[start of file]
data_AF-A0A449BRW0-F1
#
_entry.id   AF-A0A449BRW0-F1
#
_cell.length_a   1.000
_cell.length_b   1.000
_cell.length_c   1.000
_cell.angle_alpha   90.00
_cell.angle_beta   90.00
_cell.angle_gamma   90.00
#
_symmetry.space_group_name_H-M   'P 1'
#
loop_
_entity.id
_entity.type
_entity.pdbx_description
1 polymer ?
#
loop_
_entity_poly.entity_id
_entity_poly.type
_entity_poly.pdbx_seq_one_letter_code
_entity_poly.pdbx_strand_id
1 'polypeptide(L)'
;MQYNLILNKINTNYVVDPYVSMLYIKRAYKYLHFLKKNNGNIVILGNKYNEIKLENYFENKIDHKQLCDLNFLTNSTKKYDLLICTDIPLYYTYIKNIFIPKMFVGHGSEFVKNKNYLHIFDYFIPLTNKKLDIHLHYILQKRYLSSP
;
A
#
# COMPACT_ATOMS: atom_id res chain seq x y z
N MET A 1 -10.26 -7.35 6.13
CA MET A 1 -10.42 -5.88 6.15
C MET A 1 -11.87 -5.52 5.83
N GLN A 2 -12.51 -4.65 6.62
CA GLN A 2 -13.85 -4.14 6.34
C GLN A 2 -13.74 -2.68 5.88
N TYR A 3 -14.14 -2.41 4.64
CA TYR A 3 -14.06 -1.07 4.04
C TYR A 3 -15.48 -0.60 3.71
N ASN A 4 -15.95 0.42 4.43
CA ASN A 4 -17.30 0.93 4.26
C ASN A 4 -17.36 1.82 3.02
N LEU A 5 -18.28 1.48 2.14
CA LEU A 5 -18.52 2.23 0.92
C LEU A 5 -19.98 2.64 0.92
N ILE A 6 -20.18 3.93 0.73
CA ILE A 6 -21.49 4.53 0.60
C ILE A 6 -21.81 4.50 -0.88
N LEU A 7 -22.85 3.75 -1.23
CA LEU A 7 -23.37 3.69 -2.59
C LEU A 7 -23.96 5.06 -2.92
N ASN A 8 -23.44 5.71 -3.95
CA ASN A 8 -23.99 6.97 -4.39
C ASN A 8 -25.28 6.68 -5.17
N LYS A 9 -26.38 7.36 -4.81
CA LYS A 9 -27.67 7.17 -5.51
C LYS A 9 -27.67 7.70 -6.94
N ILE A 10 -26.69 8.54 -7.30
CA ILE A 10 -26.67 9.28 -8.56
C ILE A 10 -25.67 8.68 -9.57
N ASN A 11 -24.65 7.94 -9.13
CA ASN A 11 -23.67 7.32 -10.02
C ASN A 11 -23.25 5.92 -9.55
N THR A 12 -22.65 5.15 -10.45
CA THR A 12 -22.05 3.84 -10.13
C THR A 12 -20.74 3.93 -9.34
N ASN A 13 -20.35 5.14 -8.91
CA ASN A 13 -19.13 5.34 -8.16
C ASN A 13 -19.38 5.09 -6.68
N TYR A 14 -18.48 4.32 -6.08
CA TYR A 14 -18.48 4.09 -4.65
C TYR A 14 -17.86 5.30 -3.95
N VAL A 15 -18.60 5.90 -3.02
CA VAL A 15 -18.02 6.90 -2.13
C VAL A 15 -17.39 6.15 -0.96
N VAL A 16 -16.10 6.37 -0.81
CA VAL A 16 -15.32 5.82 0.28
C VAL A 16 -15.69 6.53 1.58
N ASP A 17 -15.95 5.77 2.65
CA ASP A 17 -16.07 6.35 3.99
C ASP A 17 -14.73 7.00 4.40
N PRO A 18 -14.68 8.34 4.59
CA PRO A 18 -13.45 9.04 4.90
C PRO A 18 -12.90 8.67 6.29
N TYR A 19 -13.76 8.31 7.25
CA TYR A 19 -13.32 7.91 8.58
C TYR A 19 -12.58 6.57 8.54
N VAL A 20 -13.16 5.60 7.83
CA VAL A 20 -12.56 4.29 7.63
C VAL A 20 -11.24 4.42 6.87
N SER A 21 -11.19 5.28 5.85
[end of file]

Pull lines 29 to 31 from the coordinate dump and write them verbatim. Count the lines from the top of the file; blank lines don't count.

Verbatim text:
#
# COMPACT_ATOMS: atom_id res chain seq x y z
N MET A 1 -10.26 -7.35 6.13